The estimated cost of these investments amounted to $200 billion, with Iran signing the first agreements with European countries as part of its upgrade plan in 2012. These contracts were subsequently terminated in 2018 as a result of the sanctions. Today, the need to develop and upgrade Iran’s most important industry has become even more urgent. Iran remains shackled by the US sanctions.
This prompted Javad Owji, the oil minister in the government of Ebrahim Raisi, to announce a new Iranian plan for bartering or exchanging oil and gas condensates with any investor in return for goods or investments in the oil sector.
In light of the aforementioned, how can anyone claim that the sanctions have been ineffective when the Iranian situation has deteriorated to this extent?
Perhaps the greatest challenge for the Iranian regime resulting from the sanctions has been the massive decline in value of the national currency and the subsequent collapse in purchasing power, dealing severe blows to Iranian society, as well as causing the prices of all goods and services to surge. In early 2018, the US dollar traded at 4,500 tomans; as of October 2021, this has spiraled to more than 27,000 tomans.
A new report from the Iranian government’s Planning and Budget Organization provides a grim analysis of government debt, warning that without a “fundamental overhaul of the country’s unhealthy economic structure,” the Iranian government will face bankruptcy in the near future. The report, prepared in the summer but only recently published, examines the outlook for the Iranian government’s debt with two scenarios: Lifting or continuing sanctions. It warns that with continued sanctions, the government will be on the brink of bankruptcy by 2024.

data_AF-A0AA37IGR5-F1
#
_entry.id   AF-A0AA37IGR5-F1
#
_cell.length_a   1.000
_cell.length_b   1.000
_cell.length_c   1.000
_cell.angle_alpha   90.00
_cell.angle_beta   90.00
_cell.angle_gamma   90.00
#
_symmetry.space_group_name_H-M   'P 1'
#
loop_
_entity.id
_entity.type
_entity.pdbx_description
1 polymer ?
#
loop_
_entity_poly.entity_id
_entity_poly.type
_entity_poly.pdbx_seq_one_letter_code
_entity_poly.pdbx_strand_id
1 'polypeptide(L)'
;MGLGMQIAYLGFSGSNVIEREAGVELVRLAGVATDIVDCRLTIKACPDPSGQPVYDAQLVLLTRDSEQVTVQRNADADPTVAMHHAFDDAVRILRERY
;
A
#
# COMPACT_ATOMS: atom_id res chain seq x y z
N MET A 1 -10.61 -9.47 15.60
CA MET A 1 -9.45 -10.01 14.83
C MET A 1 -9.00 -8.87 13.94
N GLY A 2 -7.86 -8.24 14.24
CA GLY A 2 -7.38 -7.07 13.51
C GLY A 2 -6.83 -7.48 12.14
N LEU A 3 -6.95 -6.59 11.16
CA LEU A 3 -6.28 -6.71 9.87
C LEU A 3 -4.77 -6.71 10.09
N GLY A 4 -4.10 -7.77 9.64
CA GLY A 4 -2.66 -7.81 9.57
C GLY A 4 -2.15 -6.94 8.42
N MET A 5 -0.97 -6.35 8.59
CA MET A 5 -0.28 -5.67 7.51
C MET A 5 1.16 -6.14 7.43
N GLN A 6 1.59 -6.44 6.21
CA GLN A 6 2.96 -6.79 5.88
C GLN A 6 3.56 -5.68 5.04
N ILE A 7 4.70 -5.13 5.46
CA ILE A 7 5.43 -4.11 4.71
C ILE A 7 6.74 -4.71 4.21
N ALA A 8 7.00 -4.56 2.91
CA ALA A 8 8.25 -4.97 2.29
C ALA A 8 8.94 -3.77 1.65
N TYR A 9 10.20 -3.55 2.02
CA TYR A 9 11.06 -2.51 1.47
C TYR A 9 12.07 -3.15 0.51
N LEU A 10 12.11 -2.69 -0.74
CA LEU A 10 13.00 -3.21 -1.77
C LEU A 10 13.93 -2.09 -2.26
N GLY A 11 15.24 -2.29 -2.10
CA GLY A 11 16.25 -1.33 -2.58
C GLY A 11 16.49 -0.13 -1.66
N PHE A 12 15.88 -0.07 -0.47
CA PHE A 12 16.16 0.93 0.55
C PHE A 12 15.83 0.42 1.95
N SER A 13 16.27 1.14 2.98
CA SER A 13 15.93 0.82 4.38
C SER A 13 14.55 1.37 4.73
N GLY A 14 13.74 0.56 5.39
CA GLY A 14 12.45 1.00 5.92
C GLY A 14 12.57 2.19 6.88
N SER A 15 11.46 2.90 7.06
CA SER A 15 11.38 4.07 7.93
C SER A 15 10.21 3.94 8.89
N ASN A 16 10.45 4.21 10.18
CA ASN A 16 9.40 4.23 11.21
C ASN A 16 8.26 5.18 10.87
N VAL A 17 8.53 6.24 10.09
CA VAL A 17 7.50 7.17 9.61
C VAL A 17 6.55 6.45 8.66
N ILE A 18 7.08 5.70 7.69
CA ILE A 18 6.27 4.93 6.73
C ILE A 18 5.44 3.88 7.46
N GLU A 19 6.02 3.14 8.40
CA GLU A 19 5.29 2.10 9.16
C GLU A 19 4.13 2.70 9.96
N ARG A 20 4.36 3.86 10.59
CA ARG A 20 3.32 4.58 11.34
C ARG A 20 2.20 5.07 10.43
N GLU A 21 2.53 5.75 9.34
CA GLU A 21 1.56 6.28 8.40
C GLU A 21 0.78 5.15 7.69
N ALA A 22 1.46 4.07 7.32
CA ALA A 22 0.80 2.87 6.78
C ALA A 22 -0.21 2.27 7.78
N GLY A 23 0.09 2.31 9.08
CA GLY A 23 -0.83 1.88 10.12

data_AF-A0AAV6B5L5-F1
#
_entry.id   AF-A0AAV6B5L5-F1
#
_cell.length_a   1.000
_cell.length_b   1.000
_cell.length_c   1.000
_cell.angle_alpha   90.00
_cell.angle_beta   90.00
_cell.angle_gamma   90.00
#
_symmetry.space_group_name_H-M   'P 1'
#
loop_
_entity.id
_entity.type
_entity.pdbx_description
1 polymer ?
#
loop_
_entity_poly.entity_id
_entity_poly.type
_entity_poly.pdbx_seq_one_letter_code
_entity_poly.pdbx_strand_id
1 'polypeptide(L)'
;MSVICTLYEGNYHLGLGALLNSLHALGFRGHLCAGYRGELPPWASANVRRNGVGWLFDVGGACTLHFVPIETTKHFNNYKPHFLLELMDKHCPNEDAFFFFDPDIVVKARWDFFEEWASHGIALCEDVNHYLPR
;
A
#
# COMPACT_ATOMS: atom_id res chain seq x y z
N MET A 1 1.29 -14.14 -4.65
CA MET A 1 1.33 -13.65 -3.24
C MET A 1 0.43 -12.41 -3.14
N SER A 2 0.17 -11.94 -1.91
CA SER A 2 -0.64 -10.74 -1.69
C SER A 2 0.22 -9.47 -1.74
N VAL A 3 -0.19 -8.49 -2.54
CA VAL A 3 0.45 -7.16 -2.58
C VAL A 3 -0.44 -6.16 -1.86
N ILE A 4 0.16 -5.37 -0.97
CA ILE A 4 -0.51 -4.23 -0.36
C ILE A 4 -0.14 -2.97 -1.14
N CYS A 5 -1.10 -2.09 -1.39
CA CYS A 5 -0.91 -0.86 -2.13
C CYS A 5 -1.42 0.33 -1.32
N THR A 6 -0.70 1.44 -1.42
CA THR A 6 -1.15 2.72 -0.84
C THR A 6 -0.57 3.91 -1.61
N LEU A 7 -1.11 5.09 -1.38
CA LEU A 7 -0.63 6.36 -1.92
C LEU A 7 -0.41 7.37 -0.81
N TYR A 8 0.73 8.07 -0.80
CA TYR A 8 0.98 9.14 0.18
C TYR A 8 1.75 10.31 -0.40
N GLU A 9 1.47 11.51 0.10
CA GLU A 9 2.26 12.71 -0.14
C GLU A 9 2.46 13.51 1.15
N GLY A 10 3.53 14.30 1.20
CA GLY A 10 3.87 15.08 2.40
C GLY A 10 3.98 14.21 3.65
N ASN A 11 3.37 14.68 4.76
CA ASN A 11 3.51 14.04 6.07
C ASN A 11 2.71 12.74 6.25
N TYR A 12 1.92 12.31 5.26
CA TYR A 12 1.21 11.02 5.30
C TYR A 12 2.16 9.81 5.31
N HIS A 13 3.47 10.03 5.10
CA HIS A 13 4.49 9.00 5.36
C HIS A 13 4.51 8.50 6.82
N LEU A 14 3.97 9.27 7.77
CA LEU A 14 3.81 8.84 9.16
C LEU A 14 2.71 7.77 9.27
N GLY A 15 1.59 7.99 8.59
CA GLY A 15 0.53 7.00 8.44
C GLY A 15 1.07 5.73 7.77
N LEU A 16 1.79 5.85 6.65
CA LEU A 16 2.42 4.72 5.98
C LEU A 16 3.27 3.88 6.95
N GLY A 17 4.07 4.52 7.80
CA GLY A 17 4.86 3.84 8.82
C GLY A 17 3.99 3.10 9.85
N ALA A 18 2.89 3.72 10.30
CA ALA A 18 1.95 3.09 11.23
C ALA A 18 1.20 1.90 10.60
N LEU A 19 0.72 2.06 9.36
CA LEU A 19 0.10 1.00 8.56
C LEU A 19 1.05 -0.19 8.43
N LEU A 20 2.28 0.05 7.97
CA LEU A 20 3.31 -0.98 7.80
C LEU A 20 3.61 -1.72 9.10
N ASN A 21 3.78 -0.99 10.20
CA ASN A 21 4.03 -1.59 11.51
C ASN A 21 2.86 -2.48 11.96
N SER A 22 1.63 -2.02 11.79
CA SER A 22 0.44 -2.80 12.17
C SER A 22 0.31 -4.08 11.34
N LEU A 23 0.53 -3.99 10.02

Besides the various economic and social consequences stemming from the sanctions, there is no doubt that there are also security consequences, such as the many protests that have flared over the past three years. It could also be argued that there are psychological consequences, an issue that requires deeper analysis; certainly, the international isolation that the regime has imposed on the Iranian people must have had a damaging psychological effect on some parts of society, especially among the young.

Perhaps the greatest challenge for the Iranian regime resulting from the sanctions has been the massive decline in value of the national currency and the subsequent collapse in purchasing power.

Dr. Mohammed Al-Sulami

There are still some who question the effectiveness of the sanctions, citing the Iranian regime’s continued survival despite the economic crises gripping the country. While this analysis may hold some truth, the regime remains in power at the expense of a crushed people who have borne the brunt of the embargoes.
The regime is gambling that its blind adherence to a policy of infinite patience and resilience will pay dividends. However, while Iran’s regional approach has not changed in concept or ideology, its financial and military support for its overseas militias has been curbed to some extent due to a lack of financial resources, while its apparatuses, the most important being the IRGC, experienced a budget cut by 17 percent in 2019. According to Brian Hook, the former US special representative for Iran, Tehran’s support for foreign militias has declined due to US sanctions.
Keeping the sanctions in place, addressing the loopholes exploited by Iran to circumvent them, and hunting down the companies that bypass the curbs in order to force the Iranian regime to the negotiating table is the least harmful solution for the region and the world — certainly in comparison with other options that are much more difficult and dangerous for everybody.

  • Dr. Mohammed Al-Sulami is President of the International Institute for Iranian Studies (Rasanah). Twitter: @mohalsulami